Hospitals turn to technology to tear down language barriers with patients
Linda Dougan used to rely on interpreters in Erie to come to St. Vincent Hospital to help immigrants with limited English understand a doctor's orders.
Even if she needed the interpreter for only a five-minute conversation, she was billed a one- or two-hour minimum charge.
“We were just about to spend $500,000 on interpretation in 2011 when we said, ‘We need to find a better way,' ” said Dougan, director of patient relations and language services at the Allegheny Health Network hospital.
Dougan turned to a telephone service in 2012 that provides interpreters in more than 200 languages at the push of a button. They bill by the minute.
“We probably reduced our costs by 70 percent by utilizing telephonic interpreters,” she said.
Hospitals across the country are experiencing growing demand for medical interpreters as the population of people with limited English language skills increases. To meet demand, medical centers are relying more on technology than in-person interpreters.
At UPMC Hamot in Erie, Amy Bizzarro noticed a dramatic increase in the need for interpreters, especially for refugees who speak Nepalese. A federal refugee resettlement program worked with several agencies in Erie in recent years to relocate people from the landlocked Himalayan country of Bhutan, where government oppression drove certain ethnic groups to flee.
UPMC Hamot saved money by using a telephone service to interpret for patients, Bizzarro said.
“You pay for just the services that you're using,” she said. “It's very efficient.”
Across UPMC's 22 hospitals, use of interpretation services jumped 24 percent in the past year, spokeswoman Wendy Zellner said.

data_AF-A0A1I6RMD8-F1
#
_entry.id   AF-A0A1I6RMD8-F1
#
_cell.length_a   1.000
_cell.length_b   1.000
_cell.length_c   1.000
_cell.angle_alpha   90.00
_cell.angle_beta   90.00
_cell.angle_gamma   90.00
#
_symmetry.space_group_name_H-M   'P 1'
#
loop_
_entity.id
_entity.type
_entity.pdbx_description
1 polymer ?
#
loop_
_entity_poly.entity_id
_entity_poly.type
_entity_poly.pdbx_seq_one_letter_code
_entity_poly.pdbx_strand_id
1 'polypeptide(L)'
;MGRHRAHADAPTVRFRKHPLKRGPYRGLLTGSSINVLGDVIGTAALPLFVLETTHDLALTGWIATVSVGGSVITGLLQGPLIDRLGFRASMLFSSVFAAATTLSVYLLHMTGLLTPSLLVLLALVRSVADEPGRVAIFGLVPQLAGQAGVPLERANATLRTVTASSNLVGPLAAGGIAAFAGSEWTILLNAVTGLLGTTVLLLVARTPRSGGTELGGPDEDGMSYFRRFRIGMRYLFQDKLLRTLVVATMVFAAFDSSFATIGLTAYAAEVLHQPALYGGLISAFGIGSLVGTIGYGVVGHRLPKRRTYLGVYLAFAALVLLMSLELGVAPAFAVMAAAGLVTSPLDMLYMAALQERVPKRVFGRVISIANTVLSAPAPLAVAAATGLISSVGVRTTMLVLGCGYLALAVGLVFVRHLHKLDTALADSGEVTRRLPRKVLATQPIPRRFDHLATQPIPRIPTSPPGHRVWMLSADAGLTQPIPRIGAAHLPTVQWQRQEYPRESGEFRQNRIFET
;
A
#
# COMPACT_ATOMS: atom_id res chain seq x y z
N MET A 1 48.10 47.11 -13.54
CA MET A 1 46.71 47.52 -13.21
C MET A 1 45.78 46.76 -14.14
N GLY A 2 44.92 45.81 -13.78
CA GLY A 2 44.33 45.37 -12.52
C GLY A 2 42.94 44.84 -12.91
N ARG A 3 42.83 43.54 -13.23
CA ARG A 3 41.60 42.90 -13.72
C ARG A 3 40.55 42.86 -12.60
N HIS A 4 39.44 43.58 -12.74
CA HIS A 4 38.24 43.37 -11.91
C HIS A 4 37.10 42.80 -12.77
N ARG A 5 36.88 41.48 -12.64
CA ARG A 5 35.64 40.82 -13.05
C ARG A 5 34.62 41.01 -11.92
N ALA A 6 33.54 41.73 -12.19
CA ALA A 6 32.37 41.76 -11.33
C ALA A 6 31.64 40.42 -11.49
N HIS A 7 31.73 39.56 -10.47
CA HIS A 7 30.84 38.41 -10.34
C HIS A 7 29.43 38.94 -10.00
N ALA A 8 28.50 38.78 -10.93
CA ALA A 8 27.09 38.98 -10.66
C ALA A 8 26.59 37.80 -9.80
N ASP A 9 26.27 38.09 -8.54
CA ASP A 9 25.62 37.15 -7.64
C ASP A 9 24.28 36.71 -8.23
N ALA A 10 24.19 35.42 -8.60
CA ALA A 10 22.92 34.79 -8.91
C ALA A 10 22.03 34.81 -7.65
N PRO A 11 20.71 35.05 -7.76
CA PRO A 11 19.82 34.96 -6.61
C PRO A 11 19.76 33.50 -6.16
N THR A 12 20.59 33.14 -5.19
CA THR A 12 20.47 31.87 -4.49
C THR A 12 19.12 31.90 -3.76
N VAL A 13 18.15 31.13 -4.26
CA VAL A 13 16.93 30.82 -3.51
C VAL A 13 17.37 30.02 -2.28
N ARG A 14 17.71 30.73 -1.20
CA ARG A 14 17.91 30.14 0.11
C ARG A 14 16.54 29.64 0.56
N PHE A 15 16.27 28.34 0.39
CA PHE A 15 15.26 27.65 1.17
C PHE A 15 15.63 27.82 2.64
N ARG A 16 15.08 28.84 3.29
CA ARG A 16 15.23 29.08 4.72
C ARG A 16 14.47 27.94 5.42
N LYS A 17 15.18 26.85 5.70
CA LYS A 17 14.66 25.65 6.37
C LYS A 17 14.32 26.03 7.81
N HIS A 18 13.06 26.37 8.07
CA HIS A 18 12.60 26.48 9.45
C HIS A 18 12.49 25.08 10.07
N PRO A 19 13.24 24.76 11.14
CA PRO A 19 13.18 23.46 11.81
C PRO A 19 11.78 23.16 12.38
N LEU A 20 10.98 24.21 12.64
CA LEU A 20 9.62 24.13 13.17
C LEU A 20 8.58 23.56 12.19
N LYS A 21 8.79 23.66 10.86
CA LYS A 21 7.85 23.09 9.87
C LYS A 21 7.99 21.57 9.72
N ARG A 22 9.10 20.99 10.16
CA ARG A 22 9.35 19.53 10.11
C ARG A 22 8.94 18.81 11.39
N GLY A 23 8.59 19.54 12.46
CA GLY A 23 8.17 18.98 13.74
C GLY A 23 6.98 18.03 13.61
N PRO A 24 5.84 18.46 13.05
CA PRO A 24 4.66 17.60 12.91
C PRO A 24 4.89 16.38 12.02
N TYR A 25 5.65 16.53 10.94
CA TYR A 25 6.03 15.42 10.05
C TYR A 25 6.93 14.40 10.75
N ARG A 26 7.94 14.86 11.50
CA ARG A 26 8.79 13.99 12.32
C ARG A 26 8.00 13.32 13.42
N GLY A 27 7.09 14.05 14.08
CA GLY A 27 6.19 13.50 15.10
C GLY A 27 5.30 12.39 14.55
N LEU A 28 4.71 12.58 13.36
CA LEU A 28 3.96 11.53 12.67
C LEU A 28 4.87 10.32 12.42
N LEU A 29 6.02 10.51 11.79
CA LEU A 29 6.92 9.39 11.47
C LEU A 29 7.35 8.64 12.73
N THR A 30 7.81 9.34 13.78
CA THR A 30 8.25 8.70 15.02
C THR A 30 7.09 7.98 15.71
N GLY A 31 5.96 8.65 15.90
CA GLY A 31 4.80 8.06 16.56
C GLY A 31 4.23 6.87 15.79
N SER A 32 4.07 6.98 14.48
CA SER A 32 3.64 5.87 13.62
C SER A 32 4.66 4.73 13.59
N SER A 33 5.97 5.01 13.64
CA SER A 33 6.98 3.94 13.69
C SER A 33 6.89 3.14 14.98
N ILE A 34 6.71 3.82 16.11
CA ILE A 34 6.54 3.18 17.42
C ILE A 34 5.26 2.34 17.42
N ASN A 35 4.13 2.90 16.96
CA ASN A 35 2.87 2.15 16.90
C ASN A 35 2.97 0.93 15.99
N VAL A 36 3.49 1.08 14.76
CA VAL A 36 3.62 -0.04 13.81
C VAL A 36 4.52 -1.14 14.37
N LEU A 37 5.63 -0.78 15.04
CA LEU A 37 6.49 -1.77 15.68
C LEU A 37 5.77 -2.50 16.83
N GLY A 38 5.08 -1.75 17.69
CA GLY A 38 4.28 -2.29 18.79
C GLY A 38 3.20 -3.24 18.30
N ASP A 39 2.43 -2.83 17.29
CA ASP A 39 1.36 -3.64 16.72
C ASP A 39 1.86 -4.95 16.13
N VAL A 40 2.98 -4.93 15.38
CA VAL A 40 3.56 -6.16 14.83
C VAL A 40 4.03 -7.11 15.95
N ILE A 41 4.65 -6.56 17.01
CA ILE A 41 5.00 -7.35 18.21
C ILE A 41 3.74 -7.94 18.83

St. Vincent and UPMC use a service from Tucson-based CyraCom, the largest provider of telephone interpretation services in the United States.
As immigration to America increased in recent decades, so, too, did the number of people who primarily speak a foreign language, according to the Census Bureau. In 1980, 11 percent of the population, or 23.1 million people, spoke a language other than English at home. By 2010, that number had reached 20.6 percent, or 59.5 million.
The number of people in the United States with limited English proficiency is estimated at about 25 million, up 80 percent from 1980, according to the Migration Policy Institute, a Washington nonprofit.
It's a trend that's driving the growth of translation and interpreting services and technology. That global industry was valued at $37 billion last year and is expected to grow at 6 percent a year, according to Common Sense Advisory, a Cambridge, Mass., market research firm.
Though much of the money spent on interpretation goes to telephonic services, the proliferation of Internet chat technology and mobile devices is beginning to take the service to video.
Wendy Fleming runs a project at Forbes Hospital in Monroeville that is testing an Apple iPad to connect patients with interpreters.
“You actually see someone speaking to you in your language,” said Fleming, director of clinical resource management. “It's more direct communication.”That's useful in providing service to people who are deaf and use American Sign Language, she said. Paying a sign language interpreter to come to the hospital carried a two-hour minimum charge of $60 to $70 an hour. The iPad service, from a California company called LanguageLine Solutions, charges $3.35 a minute.
Patients and staff at Forbes speak positively about the 2-month-old trial, Fleming said. She expects Allegheny Health Network to expand the technology to more hospitals.
“We've had fabulous feedback from sign language patients,” she said.
Alex Nixon is a Trib Total Media staff writer. Reach him at 412-320-7928 or email@example.com.